Even more fascinating than their mutually beneficial relationship with fungi, plants also use the carefully nurtured underground mycorrhizal network to exchange nutrients and information with each other. Experiments by Andreas Wiemken’s research group at the University of Basel found that plants engage in active relationships with neighbouring plants through the mycorrhizal network.
During a visit, he presented a photo of two pots, each containing a millet and a flax plant. A fine mesh had been inserted down the middle of each pot, separating the two plants and preventing their roots from touching. Having equal amount of soil, both pots received equal amount of soil, both pots received equal amounts of nutrients and water. In one pot, however, the flax plant grew almost twice in size and the millet plant grew slightly larger than those in the other pot. Andres Wiemken explained that the pot with the larger plants contained mycorrhizal fungi. The fungi actually had penetrated the fine mesh with their thin filaments but were invisible to the naked eye.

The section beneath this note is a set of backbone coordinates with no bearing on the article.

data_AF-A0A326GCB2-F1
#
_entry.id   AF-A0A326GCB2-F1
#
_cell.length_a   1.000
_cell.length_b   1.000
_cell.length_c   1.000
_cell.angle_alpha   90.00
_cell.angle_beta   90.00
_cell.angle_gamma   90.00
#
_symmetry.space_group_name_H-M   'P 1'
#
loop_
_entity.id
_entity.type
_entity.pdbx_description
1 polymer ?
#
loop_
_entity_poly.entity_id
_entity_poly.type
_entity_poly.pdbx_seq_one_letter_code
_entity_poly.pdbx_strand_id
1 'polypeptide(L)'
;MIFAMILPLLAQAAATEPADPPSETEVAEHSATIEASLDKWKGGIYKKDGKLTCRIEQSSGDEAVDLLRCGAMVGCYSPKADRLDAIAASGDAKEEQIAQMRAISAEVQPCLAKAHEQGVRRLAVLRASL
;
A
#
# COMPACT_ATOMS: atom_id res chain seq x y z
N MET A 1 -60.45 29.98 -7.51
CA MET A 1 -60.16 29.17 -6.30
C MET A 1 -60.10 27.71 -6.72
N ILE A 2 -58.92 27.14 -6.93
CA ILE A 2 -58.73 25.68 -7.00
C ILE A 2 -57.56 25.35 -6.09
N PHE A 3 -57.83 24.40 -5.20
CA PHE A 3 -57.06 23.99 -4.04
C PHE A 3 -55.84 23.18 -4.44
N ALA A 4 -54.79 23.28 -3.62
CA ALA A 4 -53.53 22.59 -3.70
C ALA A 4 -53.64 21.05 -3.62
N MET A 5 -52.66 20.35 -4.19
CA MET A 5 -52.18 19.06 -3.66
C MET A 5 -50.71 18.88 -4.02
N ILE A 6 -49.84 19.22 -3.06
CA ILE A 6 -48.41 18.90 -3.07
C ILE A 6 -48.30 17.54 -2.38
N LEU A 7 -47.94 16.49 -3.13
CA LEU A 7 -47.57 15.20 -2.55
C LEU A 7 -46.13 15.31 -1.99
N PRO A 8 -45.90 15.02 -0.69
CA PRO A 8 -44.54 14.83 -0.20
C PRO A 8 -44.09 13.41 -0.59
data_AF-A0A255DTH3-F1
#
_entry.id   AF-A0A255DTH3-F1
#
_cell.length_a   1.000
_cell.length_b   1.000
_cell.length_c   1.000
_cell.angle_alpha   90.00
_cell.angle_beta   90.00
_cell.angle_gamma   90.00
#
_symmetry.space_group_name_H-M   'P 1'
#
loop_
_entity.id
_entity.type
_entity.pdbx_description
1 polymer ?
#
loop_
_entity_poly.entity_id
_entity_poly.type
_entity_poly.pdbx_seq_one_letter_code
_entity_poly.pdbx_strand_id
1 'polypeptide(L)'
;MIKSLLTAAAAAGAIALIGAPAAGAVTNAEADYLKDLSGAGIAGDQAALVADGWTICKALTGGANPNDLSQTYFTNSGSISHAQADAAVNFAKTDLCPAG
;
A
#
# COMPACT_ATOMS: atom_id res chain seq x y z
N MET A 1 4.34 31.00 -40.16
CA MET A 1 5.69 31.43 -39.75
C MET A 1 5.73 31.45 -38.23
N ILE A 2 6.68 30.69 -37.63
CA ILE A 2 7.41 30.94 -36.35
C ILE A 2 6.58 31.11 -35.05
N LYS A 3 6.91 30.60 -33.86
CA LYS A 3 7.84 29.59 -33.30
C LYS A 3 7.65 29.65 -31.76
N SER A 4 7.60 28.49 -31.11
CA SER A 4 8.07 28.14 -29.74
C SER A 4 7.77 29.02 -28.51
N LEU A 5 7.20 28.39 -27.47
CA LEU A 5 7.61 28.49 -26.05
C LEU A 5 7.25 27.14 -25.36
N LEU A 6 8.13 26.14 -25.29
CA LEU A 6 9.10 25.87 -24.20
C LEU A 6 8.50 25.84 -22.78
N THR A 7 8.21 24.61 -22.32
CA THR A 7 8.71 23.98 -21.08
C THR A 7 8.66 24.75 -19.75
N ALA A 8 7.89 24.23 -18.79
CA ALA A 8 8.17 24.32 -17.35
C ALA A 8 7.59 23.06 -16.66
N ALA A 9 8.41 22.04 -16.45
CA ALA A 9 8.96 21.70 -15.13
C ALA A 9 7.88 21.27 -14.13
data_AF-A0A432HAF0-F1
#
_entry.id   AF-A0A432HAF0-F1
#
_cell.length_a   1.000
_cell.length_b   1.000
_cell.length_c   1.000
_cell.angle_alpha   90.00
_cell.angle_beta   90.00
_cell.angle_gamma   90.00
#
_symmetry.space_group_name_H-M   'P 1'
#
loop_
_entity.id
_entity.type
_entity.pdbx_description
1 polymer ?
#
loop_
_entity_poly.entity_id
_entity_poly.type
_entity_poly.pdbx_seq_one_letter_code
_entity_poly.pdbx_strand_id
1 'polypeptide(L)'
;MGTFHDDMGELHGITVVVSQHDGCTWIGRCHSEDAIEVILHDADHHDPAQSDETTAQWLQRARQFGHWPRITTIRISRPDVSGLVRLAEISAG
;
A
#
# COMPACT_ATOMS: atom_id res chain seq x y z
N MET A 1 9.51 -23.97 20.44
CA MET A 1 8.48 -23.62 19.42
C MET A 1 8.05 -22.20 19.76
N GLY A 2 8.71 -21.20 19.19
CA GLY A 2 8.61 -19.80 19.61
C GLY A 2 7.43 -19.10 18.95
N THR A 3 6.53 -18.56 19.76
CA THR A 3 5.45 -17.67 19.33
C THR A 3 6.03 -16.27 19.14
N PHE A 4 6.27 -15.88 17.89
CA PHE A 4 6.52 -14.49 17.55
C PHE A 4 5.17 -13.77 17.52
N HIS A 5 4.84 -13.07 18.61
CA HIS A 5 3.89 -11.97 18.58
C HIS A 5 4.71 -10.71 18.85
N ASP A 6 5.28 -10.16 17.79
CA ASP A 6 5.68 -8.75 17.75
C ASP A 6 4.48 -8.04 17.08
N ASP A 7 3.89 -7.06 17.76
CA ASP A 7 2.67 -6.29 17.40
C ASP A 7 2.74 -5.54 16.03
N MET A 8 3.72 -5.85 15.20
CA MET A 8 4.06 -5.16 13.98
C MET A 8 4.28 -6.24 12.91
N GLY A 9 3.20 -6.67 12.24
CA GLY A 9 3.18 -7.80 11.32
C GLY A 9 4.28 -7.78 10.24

The research team proved that around 80 per cent of the sugar compounds in the underground mycorrhiza was produced by the millet plant in contrast to only 20 per cent by the flax plant. Yet the flax plant received 80 per cent of the sugar compounds and other nutrients mobilized from the soil by the mycorrhiza. Andres Wiemken’s conclusion was that the millet plant is feeding the flax plant indirectly. The millet plant bears most of the burden to feed the mutually beneficial fungus network, allowing the flax to reap the lion’s share of those benefits. And the millet plant is doing all this for a plant that she is not even related to!